The long-armed, oversized Milwaukee Bucks are all grown up, and they want blood. The most surprising team in the NBA, equipped with a modernized offense, new head coach, the rarest of unicorns in Giannis Antetokounmpo, and a fresh look on the game of basketball just slew the dragon in its own keep.
It’s time to believe in the Milwaukee Bucks.
The Bucks entered Golden State’s Oracle Arena on Thursday night with the league’s second-best offense and defense, and proved how real that was in a 23-point road win over the Warriors. Sure, Draymond Green didn’t play with a sprained toe, but he wouldn’t have made that large a difference. Milwaukee didn’t just out-offense the reigning champions, it held them in check. This game was over in three quarters.
It’s early in the season, but this team might be the one to beat in the East — and could pose a challenge to the West. Here’s why.
When Eric Bledsoe is on, he’s one of the best two-way guards in the league
When Bledsoe “didn’t wanna be here,” Milwaukee made a home for him among a sea of other misfits with unreal wingspans. For the past few years, the Bucks have stockpiled length (Antetokounmpo, Khris Middleton, and Thon Maker) to achieve a dream of forming top-tier defense. Jason Kidd couldn’t bring that to fruition, but finally it’s all fitting together under Budenholzer, and Bledsoe is the anchor.
Matched up with Steph Curry, Bledsoe held the NBA’s leading scorer to just 10 points on 14 shots, forcing the ball out of his hands as much as possible. Bledsoe’s ability to hound Curry, yet not lose him off the bounce, put him in a category of few who’ve been able to contain the 31-points-per-night scorer. He chased Curry off screens and shadowed him as he ran circles around the baseline. This was full-on effort and smarts from the Bucks’ guard.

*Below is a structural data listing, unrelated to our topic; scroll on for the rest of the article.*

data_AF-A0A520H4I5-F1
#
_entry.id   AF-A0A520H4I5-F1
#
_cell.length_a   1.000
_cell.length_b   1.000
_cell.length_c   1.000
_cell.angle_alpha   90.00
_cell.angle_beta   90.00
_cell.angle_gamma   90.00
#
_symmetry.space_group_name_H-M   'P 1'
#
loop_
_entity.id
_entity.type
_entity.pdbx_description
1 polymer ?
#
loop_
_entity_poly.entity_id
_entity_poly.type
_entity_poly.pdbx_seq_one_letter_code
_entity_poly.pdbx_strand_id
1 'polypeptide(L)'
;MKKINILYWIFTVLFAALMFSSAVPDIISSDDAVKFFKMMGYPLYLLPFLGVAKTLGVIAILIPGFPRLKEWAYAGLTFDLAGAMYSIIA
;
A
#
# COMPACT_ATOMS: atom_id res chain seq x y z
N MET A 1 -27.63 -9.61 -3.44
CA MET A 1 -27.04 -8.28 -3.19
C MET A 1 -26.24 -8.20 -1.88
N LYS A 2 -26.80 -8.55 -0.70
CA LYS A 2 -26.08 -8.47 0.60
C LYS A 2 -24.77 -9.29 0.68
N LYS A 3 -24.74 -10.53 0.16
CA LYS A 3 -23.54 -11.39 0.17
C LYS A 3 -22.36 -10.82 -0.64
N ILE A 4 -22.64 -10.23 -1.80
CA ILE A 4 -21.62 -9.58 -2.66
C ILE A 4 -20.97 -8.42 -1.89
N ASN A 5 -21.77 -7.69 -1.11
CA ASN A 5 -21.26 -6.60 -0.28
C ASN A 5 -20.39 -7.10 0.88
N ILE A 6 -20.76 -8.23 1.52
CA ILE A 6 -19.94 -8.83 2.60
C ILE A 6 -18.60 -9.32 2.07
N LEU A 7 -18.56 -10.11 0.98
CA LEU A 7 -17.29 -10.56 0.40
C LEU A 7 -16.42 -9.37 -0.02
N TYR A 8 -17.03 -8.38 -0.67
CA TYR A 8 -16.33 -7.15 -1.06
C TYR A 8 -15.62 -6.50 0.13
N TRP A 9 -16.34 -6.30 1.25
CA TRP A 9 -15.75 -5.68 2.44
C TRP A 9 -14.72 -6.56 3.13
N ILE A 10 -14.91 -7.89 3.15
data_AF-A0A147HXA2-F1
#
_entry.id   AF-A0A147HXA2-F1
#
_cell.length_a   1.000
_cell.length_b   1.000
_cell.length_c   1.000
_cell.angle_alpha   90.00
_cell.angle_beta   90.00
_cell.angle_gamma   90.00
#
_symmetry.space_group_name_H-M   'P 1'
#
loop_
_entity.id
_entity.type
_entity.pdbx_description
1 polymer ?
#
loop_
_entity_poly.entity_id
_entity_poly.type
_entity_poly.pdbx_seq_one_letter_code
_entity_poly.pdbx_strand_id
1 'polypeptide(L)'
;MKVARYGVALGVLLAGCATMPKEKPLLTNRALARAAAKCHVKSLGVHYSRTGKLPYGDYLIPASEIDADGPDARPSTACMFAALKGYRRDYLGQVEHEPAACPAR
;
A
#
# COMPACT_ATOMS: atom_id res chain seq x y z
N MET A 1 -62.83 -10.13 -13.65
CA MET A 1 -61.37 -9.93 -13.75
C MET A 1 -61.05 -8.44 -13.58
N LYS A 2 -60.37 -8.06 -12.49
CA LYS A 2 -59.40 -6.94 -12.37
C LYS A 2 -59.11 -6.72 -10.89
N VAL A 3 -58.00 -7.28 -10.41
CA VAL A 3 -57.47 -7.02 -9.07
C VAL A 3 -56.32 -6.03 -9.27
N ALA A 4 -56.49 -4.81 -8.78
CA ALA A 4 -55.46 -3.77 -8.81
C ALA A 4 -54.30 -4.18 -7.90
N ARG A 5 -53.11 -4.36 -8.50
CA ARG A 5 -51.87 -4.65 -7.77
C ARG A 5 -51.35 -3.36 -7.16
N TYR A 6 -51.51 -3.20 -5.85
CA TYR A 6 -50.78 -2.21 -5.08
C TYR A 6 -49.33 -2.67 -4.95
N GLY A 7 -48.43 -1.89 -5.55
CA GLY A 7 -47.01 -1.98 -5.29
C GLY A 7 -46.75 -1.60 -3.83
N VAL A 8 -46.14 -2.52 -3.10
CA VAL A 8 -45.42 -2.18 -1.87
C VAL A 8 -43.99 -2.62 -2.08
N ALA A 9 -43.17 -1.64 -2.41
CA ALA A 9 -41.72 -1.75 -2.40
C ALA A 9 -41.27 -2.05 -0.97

And Bledsoe balanced that act on the other end, too, scoring 26 points on 10-of-12 shooting while sinking 2-of-3 threes. His scoring might not be there every night, but his defense can be. Few teams have a player with his defensive abilities playing the point.
Antetokounmpo can be the best player on the floor at any moment
It’s no longer in spurts or rare occasions. Antetokounmpo is a top-five player in the league — just ask Malcolm Brogdon. In the win over the Warriors, he was better than Curry, and entirely out-dueled Kevin Durant on both ends. (He scored 24 points on 16 shots to KD’s 17 on 15.)
Antetokounmpo is taking games over routinely on both ends at 23 years old, which should terrify the league. He’s learned how to use his length to finish above the rim, to get into passing lanes, and to get to the bucket on long strides. He’s arguably the most unique physical marvel in a league full of them.
The Bucks aren’t just winning. They’re destroying.
There’s some merit to a team’s ability to pull out close games, but way more in absolutely dominating in blowout fashion. The latter is how the Milwaukee Bucks are winning, more times than not. The 23-point road win against the best team in the world was the Bucks’ eighth by double-digits out of nine victories.
The cause of death for most opponents has been the three-point shot. The Bucks shoot the second-most shots from distance per game (40.3), converting at the sixth-best rate (37 percent).
Milwaukee has shown that it isn’t just slightly better than its top opponents, it’s a full head above. Maybe that won’t be the case in May or June, but right now it’s pretty tough to deny they’re the best team in the NBA. They have as good a chance as bringing home a title as any team outside of Oracle — and proved they even have a chance at doing the unthinkable.